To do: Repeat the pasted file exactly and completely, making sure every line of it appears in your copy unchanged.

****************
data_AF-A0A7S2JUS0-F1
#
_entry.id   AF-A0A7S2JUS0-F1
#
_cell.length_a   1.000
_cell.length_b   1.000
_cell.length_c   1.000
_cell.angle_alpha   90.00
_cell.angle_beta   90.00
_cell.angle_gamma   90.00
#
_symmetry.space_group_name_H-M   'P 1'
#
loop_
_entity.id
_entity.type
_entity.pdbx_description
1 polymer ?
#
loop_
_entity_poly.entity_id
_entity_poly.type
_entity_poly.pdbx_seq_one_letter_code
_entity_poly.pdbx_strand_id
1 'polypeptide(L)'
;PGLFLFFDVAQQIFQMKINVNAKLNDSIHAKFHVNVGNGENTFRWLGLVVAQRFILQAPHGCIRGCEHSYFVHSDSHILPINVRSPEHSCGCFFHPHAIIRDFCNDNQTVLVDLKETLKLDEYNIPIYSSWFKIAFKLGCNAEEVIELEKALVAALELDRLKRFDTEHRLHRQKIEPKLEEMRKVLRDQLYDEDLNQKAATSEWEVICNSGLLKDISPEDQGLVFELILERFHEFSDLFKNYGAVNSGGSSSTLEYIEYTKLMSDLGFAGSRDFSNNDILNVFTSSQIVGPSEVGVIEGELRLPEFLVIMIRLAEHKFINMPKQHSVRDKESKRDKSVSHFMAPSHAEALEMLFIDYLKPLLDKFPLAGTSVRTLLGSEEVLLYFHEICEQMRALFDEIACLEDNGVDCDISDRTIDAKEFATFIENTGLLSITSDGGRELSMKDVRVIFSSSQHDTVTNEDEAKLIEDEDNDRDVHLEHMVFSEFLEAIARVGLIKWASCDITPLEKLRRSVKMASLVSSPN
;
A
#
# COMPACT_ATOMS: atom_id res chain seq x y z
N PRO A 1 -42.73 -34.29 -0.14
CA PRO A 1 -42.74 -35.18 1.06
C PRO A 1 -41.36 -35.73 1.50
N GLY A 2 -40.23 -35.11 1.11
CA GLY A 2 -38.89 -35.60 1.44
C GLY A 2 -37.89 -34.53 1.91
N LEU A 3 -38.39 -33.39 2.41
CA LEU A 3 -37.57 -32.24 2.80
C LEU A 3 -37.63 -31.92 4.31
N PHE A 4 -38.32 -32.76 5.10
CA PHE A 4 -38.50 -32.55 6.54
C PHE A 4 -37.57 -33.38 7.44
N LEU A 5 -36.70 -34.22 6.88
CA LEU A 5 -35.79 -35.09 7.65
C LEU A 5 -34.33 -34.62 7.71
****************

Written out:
data_AF-A0A7S2JUS0-F1
#
_entry.id   AF-A0A7S2JUS0-F1
#
_cell.length_a   1.000
_cell.length_b   1.000
_cell.length_c   1.000
_cell.angle_alpha   90.00
_cell.angle_beta   90.00
_cell.angle_gamma   90.00
#
_symmetry.space_group_name_H-M   'P 1'
#
loop_
_entity.id
_entity.type
_entity.pdbx_description
1 polymer ?
#
loop_
_entity_poly.entity_id
_entity_poly.type
_entity_poly.pdbx_seq_one_letter_code
_entity_poly.pdbx_strand_id
1 'polypeptide(L)'
;PGLFLFFDVAQQIFQMKINVNAKLNDSIHAKFHVNVGNGENTFRWLGLVVAQRFILQAPHGCIRGCEHSYFVHSDSHILPINVRSPEHSCGCFFHPHAIIRDFCNDNQTVLVDLKETLKLDEYNIPIYSSWFKIAFKLGCNAEEVIELEKALVAALELDRLKRFDTEHRLHRQKIEPKLEEMRKVLRDQLYDEDLNQKAATSEWEVICNSGLLKDISPEDQGLVFELILERFHEFSDLFKNYGAVNSGGSSSTLEYIEYTKLMSDLGFAGSRDFSNNDILNVFTSSQIVGPSEVGVIEGELRLPEFLVIMIRLAEHKFINMPKQHSVRDKESKRDKSVSHFMAPSHAEALEMLFIDYLKPLLDKFPLAGTSVRTLLGSEEVLLYFHEICEQMRALFDEIACLEDNGVDCDISDRTIDAKEFATFIENTGLLSITSDGGRELSMKDVRVIFSSSQHDTVTNEDEAKLIEDEDNDRDVHLEHMVFSEFLEAIARVGLIKWASCDITPLEKLRRSVKMASLVSSPN
;
A
#
# COMPACT_ATOMS: atom_id res chain seq x y z
N PRO A 1 -42.73 -34.29 -0.14
CA PRO A 1 -42.74 -35.18 1.06
C PRO A 1 -41.36 -35.73 1.50
N GLY A 2 -40.23 -35.11 1.11
CA GLY A 2 -38.89 -35.60 1.44
C GLY A 2 -37.89 -34.53 1.91
N LEU A 3 -38.39 -33.39 2.41
CA LEU A 3 -37.57 -32.24 2.80
C LEU A 3 -37.63 -31.92 4.31
N PHE A 4 -38.32 -32.76 5.10
CA PHE A 4 -38.50 -32.55 6.54
C PHE A 4 -37.57 -33.38 7.44
N LEU A 5 -36.70 -34.22 6.88
CA LEU A 5 -35.79 -35.09 7.65
C LEU A 5 -34.33 -34.62 7.71